If the passing game is the strength of the team, Hasselbeck is key to unleashing it. He sputtered to start the pre-season, but came on strong, throwing for over 150 yards in each of the last two halves of football he played. With some of our running yards being traded for screen passes, Matt’s yardage numbers could sky rocket. Matt’s hunger, focus and health seem to be exactly where we want them to be. He has never had a legitimate #1 receiver or a Pro Bowl-level TE. Don’t be shocked if he has an MVP-type season. Seneca will be on the field this year. There has been a lot of hype around the league about this “wildcat” offense that puts a RB in at QB and allows the RB to operate in a wishbone-style set. Most teams don’t really have the personnel to make it work, but Seneca may be the best candidate in the league. He is a legit QB, and certainly has the ability to run. After many seasons of toying with the concept, I expect this to be the season where Seneca plays a meaningful role, regardless of Matt’s health.Mike Teel is a solid rookie QB with a strong arm and real potential. If he enters a game this season, we’ve likely already lost.
Offense – Offensive Line There is little debate that the Hawks offensive line is the biggest question mark on the team. Our anchor, Walter Jones, is out for at least a few weeks. The guy who played well next to him last year retired. Our starting center pulled a quad muscle and is out for a while. Our RG is a rookie, and our RT has chronic knee problems. There is limited depth and limited talent. The unit will also be asked to learn a new zone blocking scheme that requires more agility and cut blocking. If I had to choose between pass protection and run blocking, I’d choose pass protection. Thankfully, I believe that this group is better equipped to do that.
Offense – Backfield The running backs are a mediocre, try-hard group. Second year player, Justin Forsett, should be the starter. He can run between the tackles or outside, has good hands, and is an above average blocker on blitz pickups. I enjoyed watching all 5’8″ of him pancake a blitzing KC linebacker in game three of the pre-season. Instead, we’ll see Julius Jones get the bulk of the carries. He is an acceptable starter, who could eclipse 1000 yards if the line opens enough holes. His tendency to fumble and his below average hands make him a bit of a liability. Edgerrin James was picked up late in camp and is the best blocking RB in the NFL. He almost becomes a sixth member of the offensive line, and Matt’s body guard. He also runs hard. Really hard. He should be every bit as good as Duckett in short yardage and goal line situations.
Justin Griffith looks to have been a good pickup at FB, but I don’t expect to see the FB on the field much this season with the emergence of Carlson at TE and the strength of the WR corp.
Offense – Wide Receivers/Tight Ends
TJ Houshmandzadeh is more than any Seahawk fan could have hoped for. He is still every bit the #1 receiver, capable of 100+ receptions, gritty catches over the middle, and physical specimen that will be able to dominate some of the small DBs around the league. Almost as exciting is his persona. This guy could make a dying man laugh, or motivate him to get up and fight for one more day. He pushes confidence right to the brink of arrogance, but without losing the hunger to work. This franchise hasn’t seen a WR this talented since Koren Robinson in his prime (1,240 yards in 2002), or one this respected since Steve Largent. He legitimizes the whole group, and perfectly compliments the others.Nate Burleson may have a monster year. There appears to be more spring in his step than even before his surgery last season. Knapp has shown signs of knowing how to utilize him a little better as well. There have been multiple instances of getting him the ball in space, and letting him beat his man upfield. Nate is the rare WR that has RB shake at the receiver position. The first guy almost never brings him down.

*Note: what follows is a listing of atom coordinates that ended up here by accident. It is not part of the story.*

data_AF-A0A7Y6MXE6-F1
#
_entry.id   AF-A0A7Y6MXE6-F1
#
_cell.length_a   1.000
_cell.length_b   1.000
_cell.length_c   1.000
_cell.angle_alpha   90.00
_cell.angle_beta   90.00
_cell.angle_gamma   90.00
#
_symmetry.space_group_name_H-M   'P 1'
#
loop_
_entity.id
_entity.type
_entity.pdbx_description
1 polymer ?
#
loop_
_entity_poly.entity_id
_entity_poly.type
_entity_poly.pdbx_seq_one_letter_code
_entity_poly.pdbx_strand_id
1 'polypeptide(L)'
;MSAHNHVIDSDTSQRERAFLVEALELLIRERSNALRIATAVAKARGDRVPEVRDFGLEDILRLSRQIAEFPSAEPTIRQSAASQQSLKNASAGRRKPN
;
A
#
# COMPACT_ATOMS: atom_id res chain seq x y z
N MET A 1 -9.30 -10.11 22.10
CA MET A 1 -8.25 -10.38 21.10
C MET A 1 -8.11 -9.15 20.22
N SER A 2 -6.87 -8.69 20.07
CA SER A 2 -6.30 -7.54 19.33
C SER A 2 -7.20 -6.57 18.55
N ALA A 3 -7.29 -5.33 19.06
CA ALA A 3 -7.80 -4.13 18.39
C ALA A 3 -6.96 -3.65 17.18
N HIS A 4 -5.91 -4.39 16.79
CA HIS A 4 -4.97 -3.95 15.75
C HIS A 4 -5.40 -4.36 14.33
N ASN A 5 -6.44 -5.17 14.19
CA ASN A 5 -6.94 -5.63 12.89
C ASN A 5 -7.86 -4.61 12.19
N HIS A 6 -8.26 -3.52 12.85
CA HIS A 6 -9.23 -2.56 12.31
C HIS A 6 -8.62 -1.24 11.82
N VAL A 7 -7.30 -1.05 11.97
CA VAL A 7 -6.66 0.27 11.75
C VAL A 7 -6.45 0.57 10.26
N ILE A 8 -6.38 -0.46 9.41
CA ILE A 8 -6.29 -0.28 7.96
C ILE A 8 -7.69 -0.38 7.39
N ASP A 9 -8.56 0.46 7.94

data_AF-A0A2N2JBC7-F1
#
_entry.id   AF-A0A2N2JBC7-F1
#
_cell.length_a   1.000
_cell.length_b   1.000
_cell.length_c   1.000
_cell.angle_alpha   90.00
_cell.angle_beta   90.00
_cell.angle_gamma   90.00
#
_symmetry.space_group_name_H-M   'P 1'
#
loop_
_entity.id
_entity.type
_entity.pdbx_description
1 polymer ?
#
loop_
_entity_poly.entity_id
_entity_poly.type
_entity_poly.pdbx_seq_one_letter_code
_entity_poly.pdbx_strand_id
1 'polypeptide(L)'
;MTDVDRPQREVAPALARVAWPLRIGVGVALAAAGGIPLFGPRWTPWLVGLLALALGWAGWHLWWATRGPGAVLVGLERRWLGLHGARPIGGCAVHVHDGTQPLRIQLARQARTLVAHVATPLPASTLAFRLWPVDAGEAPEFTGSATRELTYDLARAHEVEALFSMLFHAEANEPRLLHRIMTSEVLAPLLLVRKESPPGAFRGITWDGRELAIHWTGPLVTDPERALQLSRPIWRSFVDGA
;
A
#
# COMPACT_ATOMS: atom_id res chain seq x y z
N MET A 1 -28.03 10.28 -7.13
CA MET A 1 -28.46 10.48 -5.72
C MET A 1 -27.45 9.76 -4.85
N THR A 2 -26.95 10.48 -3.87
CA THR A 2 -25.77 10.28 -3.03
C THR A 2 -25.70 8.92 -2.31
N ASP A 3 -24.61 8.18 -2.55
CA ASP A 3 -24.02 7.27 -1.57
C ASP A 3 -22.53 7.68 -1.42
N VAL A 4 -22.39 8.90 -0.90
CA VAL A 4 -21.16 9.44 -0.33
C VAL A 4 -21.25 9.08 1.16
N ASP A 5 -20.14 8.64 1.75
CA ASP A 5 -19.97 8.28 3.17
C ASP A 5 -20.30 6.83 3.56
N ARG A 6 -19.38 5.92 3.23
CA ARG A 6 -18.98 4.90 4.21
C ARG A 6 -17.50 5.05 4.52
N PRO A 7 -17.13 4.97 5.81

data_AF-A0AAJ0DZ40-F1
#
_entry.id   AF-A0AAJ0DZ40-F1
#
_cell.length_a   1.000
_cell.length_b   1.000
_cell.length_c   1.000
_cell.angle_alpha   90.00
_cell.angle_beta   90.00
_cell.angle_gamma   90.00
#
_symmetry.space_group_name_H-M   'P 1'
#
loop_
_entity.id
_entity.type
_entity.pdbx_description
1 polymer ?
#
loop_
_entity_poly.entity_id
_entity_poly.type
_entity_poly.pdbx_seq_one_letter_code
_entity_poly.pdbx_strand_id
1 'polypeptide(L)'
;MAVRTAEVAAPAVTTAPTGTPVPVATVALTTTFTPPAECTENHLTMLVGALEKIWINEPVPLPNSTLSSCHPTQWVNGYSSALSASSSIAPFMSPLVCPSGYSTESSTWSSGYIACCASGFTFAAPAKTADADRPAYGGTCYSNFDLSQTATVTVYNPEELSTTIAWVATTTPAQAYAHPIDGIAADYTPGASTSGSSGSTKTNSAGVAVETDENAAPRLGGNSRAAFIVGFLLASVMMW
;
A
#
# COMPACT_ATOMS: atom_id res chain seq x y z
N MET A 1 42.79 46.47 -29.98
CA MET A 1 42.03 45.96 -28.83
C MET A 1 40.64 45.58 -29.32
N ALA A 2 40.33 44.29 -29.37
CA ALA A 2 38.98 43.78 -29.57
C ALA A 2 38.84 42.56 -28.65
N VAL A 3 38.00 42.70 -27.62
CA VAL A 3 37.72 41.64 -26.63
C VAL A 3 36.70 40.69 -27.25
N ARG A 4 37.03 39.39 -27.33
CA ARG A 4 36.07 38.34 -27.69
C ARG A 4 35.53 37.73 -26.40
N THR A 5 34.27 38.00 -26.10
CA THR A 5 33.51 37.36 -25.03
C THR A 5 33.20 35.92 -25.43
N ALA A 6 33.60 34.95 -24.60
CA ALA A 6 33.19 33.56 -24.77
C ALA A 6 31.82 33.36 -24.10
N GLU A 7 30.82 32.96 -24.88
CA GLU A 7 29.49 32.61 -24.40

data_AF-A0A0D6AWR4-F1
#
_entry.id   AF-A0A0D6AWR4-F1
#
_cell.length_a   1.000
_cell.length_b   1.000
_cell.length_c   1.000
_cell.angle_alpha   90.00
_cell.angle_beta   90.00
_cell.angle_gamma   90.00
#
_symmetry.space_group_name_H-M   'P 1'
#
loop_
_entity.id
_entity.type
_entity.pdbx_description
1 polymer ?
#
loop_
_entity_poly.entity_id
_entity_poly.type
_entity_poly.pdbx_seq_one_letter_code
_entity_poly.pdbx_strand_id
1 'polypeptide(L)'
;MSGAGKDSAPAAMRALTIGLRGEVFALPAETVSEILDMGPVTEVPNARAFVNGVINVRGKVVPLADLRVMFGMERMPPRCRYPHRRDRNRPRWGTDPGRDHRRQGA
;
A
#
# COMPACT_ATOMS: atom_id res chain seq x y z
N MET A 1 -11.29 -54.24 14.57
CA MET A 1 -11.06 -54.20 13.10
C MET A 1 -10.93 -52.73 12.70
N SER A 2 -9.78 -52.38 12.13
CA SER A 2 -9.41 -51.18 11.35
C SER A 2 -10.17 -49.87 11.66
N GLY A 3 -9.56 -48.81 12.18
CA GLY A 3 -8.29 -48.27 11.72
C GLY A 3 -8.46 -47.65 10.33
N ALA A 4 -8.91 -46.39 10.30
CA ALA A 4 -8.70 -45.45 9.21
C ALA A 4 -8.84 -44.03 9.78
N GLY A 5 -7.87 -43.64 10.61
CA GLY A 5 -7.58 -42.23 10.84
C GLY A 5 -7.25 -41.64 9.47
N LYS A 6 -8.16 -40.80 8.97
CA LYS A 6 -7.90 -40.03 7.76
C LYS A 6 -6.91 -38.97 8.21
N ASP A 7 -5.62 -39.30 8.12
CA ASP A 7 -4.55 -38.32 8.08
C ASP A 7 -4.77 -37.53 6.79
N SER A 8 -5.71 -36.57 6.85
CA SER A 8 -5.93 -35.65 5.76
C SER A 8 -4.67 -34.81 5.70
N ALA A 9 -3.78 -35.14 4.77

Deion Branch is an enigma as the third WR. He will never justify the 1st round pick we traded to get him, but he can still play a key role. He should enjoy single coverage all season. If he can’t get open with that advantage, he will need to make room for the new Deon in town, Deon Butler. Butler is a diminutive receiver who can blaze down the field with sub-4.3 speed, but also can get in and out of his breaks. He has shown toughness and decent hands.
John Carlson has quietly become the most popular Seahawk. The guy is smart, quiet, hard-working, dependable, and is easy on the eyes (from what I hear). He is also a monster on the field. He needs to work on his blocking, but his routes and hands are top-notch. He should catch at least 70 balls this year and will be the #2 target after Housh. John Owens is a capable #2 blocking TE.
Offense – Overall 2009 Outlook On one hand, you can look back through NFL history and be depressed by the fact that teams without strong offensive lines rarely win big. On the other hand, this is a team game. For this years Seahawks, it will mean the other units will need to compensate. That can mean the defense holds teams to fewer points or creates more turnovers. It can mean the RBs will reliably pickup blitzs and grind out every yard available. All these things can compensate for a mediocre offensive line. Nothing can compensate for a bad one. If this line can reliably pass protect, and we stay reasonably healthy, this could be the top scoring offense in the NFL. I have seen the Hasselbeck-led Seahawks be a Top 10 offense with far less talent (most recently in 2007). The stats to watch for this offense will be avg yards gained on 1st down, and sacks allowed. Back in 2005, the Hawks also had the fewest third downs in the NFL. That, too, will be a key indicator. Buckle up, it should be a fun team to watch.